Investing in future life science microscopy at the Centre for Ultrastructural Imaging

  • By spicerconsulting
  • 10 Aug, 2015
Spicer Consulting recently interviewed Dr Roland Fleck, Director for the   Centre for Ultrastructural Imaging   (CUI) at King’s College London, whose microscope facilities and capabilities are due to undergo a major transformation

CUI’s key role within life science research

My role is managing the facility, guiding the scientific direction and overseeing the current changes we’re proposing. We’re looking to upgrade the instrumentation from what’s been established over the last ten years or so, to new, modern, current generation technology.

The University is principally life-science  focused , we do have some users from physical and chemical sciences, but the unit itself has largely come out of the life science environment.

  We carry out routine diagnostic work, such as renal biopsies for the NHS. We also do life science research which is very varied and includes research into cancer, neuroscience, age-related issues, infectious disease, hepatitis C and malaria.

The unit also acts as a core facility, providing all the electron microscopy for King’s College London.

Increasing microscopy capabilities through much needed upgrades

Our current equipment is at least ten years old and in some cases, considerably older. We have microtomes which are around 36 to 37 years old, so coming to the end of their usable working life. As the new director, I’m taking the opportunity with the University to upgrade the instruments and take CUI in a new direction.

When the instruments were last upgraded, LaB6   would have been considered a high end instrument and very appropriate for this type of environment. There would have been a large focus on more routine microscopes at lower accelerating voltages and basic scanning electron microscopes, with very little focus on Cryo techniques. Because of the way the industry has developed and the advancement of scientific techniques, there’s been a greater focus on higher-resolution TEMs. So we’re bringing in 200kV field emission systems, we’re upgrading our SEMs to bring in capabilities such as 3D imaging and focussing more on Cryo techniques, including Cryo microscopy and high pressure freezing.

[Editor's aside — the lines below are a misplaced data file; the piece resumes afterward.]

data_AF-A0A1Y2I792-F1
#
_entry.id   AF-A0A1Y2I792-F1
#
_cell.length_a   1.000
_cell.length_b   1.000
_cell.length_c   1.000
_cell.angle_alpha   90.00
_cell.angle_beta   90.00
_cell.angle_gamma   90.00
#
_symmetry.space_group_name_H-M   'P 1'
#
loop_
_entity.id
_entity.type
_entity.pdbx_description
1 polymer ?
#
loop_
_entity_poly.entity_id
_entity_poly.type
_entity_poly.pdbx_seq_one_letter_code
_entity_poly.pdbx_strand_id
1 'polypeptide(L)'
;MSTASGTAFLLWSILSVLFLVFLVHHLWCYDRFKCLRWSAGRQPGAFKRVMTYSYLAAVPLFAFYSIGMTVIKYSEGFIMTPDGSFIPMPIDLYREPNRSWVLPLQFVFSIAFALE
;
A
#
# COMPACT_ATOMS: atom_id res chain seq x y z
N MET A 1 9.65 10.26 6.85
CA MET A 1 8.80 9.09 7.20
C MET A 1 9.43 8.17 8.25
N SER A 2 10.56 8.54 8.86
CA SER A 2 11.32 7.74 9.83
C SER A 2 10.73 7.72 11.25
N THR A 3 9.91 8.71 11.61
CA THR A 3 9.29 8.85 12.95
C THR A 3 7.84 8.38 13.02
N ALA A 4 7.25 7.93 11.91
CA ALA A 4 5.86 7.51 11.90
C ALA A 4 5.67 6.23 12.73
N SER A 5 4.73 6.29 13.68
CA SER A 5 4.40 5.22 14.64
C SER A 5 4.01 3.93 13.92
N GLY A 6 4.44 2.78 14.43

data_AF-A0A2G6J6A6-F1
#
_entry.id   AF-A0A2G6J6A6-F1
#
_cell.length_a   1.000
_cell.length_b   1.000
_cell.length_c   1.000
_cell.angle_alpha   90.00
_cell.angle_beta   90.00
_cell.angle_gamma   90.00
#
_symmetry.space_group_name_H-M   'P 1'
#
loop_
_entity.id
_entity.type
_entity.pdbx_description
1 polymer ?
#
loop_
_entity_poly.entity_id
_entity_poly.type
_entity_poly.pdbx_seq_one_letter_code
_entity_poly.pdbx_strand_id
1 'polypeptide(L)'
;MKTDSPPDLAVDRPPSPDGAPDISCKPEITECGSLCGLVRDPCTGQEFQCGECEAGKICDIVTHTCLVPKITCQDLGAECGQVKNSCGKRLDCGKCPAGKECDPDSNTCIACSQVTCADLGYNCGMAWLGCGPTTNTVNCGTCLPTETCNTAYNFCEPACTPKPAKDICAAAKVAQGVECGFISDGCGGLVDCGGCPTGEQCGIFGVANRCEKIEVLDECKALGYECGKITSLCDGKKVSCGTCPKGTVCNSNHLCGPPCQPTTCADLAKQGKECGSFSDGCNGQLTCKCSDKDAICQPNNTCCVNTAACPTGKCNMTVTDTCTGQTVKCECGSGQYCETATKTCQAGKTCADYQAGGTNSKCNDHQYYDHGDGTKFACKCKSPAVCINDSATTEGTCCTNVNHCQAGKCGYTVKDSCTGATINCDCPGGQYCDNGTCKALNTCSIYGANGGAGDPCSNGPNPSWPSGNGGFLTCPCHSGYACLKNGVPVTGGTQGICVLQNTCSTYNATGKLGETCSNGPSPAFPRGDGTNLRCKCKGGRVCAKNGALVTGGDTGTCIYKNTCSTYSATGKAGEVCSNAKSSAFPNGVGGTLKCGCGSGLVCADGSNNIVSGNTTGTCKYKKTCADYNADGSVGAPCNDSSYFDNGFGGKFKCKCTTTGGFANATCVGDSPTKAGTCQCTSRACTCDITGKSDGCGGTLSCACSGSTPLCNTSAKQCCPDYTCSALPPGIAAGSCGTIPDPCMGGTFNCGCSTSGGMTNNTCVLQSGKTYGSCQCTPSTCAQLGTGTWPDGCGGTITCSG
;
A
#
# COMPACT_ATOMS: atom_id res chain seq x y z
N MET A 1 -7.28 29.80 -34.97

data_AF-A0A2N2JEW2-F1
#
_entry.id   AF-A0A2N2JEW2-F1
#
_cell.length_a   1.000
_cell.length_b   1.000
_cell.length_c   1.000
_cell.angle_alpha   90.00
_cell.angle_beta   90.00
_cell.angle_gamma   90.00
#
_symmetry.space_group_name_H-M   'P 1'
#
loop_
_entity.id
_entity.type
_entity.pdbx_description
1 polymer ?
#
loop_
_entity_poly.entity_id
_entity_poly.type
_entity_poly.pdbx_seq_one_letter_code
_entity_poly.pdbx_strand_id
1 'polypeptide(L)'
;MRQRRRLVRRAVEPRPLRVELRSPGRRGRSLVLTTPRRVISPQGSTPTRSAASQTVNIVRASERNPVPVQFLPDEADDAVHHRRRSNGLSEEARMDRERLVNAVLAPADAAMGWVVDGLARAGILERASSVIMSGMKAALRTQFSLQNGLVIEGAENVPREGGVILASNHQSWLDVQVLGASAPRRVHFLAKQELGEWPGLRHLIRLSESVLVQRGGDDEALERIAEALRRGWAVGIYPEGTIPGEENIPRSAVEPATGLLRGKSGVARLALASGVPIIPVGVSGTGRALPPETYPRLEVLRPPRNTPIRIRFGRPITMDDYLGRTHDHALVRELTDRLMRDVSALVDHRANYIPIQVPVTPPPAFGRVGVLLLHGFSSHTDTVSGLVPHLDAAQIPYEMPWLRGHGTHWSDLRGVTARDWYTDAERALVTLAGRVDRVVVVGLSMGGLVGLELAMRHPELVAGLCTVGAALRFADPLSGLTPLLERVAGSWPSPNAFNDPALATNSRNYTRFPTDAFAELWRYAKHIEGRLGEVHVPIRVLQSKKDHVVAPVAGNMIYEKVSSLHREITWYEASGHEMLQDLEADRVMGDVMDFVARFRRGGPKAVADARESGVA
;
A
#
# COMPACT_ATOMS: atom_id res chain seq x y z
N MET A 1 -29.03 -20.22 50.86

Creating an environment free from field interference

Preparation is absolutely critical for the design phase, so we’re going through a series of steps within King’s to look at the current infrastructure. The building hasn’t been touched since it was built in the mid-1980s. The instruments we’re installing are high specification and we’re taking the opportunity to refresh the environment. In that, we require a detailed understanding of what we have to do to bring it up to modern standards.

One of the issues for Central London is fields that we have, undergrounds, overgrounds and other various problems. We have lots of power going to other aspects of the building and there’s a large NHS hospital nearby, which is also drawing significant amount of power.

So we’re undertaking a survey with   Spicer Consulting   to understand what fields are present and whether or not our new instruments would be within specification and how to mediate things if we have to.

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